The Ringneck snake looks like the perfect pet, right?
I mean, that distinctive neck ring actually makes it look like it is already wearing a collar!
If the snake did have a collar with an up-to-date identification tag, it would tell you that the ring-necked snake (Diadophis punctatus) is mildly venomous.
It would also tell you that it is a relatively small snake, reaching a maximum length of about 30 inches.
The attractive snake’s head is flattened and the smooth scales give the serpent a healthy glossy appearance.
Let’s dive right in with some more detail on the main question, “Is the ringneck snake venomous?” Then we’ll cover anything else you might want to know about this stunning serpent.
Table of Contents
- 1 Are Ringneck Snakes Poisonous?
- 2 A Distinctive Gold-Color Ring
- 3 A Secretive But Social Reptile
- 4 Habitat Of The Ringsnake
- 5 The Role Of The Duvernoy’s Gland
- 6 Ringnecks Are Rear-Fanged
- 7 A Nip During Breeding
- 8 The Ring-Neck As A Pet
- 9 Great Small Pet
- 10 No Mice For This Snake
- 11 Ring-Neck Snake: Final Thoughts
Are Ringneck Snakes Poisonous?
These snakes are slightly venomous. Ring-necked snakes don’t have a true venom gland. They have the Duvernoy’s gland.
This gland produces toxic saliva which is used to help the snake paralyze and subdue their prey. A person bitten by a Ringneck could suffer from some bleeding, swelling and bruising. More on this below.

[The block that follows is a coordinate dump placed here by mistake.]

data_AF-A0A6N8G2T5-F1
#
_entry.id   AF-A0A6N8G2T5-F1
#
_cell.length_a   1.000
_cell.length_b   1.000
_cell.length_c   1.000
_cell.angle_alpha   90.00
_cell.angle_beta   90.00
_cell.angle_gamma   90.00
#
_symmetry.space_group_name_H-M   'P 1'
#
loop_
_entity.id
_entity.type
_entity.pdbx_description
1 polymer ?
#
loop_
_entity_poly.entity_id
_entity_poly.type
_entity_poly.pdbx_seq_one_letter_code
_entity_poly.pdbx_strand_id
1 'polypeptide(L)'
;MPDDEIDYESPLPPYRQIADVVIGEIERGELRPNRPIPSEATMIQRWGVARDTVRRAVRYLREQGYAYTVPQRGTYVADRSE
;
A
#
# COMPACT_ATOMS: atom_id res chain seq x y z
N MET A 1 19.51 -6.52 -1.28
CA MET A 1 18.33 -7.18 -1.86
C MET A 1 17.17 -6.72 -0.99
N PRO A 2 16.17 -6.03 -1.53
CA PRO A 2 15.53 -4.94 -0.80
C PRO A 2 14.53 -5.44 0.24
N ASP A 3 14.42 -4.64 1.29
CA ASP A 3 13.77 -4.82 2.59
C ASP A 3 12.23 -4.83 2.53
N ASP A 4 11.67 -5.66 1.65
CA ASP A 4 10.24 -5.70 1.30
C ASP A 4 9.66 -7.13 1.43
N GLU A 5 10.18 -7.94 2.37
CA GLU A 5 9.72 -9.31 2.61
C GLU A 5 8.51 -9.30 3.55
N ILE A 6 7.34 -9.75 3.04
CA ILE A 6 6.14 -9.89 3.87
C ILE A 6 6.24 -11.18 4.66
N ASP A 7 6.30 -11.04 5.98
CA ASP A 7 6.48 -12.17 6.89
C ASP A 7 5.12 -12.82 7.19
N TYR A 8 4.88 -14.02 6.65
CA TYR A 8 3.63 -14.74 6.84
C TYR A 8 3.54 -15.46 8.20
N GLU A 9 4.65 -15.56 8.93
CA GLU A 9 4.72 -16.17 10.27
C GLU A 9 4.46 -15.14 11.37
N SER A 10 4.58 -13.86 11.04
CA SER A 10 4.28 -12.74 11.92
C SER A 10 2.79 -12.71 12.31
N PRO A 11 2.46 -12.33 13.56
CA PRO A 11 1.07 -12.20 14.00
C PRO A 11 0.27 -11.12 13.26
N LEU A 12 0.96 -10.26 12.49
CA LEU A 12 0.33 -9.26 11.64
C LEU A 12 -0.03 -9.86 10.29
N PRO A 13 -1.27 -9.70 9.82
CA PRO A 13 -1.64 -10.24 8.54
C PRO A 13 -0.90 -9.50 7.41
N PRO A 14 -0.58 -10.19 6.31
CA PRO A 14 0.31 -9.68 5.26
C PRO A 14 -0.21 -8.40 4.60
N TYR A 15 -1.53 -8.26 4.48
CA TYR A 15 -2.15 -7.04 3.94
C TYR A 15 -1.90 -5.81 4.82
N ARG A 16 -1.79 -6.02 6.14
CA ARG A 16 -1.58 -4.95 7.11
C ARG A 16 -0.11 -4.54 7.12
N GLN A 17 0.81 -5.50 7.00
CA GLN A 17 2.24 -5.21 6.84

A Distinctive Gold-Color Ring
The snake is fairly easy to identify because of its bright underside colorations. The snakes are solid olive, brown-black, or bluish-gray. These earthy colors help them with being camouflaged in nature.
The yellow, orange or red band around the back of the snake’s neck is a sure giveaway that it is a Ringneck. As you might imagine, it is also where it gets its common name. There are, however, some ring neck snakes that lack the distinctive neck ring.
A Secretive But Social Reptile
The small snake is somewhat secretive, perhaps because of their small size and nocturnal nature. You won’t often see this snake. You’ll sometimes spot a Ringneck during daylight hours sunning and warming itself, but they are mostly active at night. For this reason, it was thought to be uncommon.
But studies have suggested that the snake does actually exist at densities greater than 1000 per hectare. Despite their secretiveness, the snake is social and they form large colonies. A number of them will share the same microhabitat. They communicate with each other by touching and rubbing.
There are several Diadophis punctatus sub-species and they are found in southeastern Canada, most of the United States and central Mexico. This is a huge geographic range. It is one of Maine’s 9 species of non-venomous snakes. And just to show its diversity, you’ll find this snake in states like Mississippi that are the complete opposite of Maine.
Habitat Of The Ringsnake
The Ringneck snake loves leaves. It inhabits forests, woodlands, bushy areas, logs, hillsides, grasslands, rocky and moist areas. It feeds on frogs, lizards, salamanders, earthworms and other small snakes, swallowing its prey whole.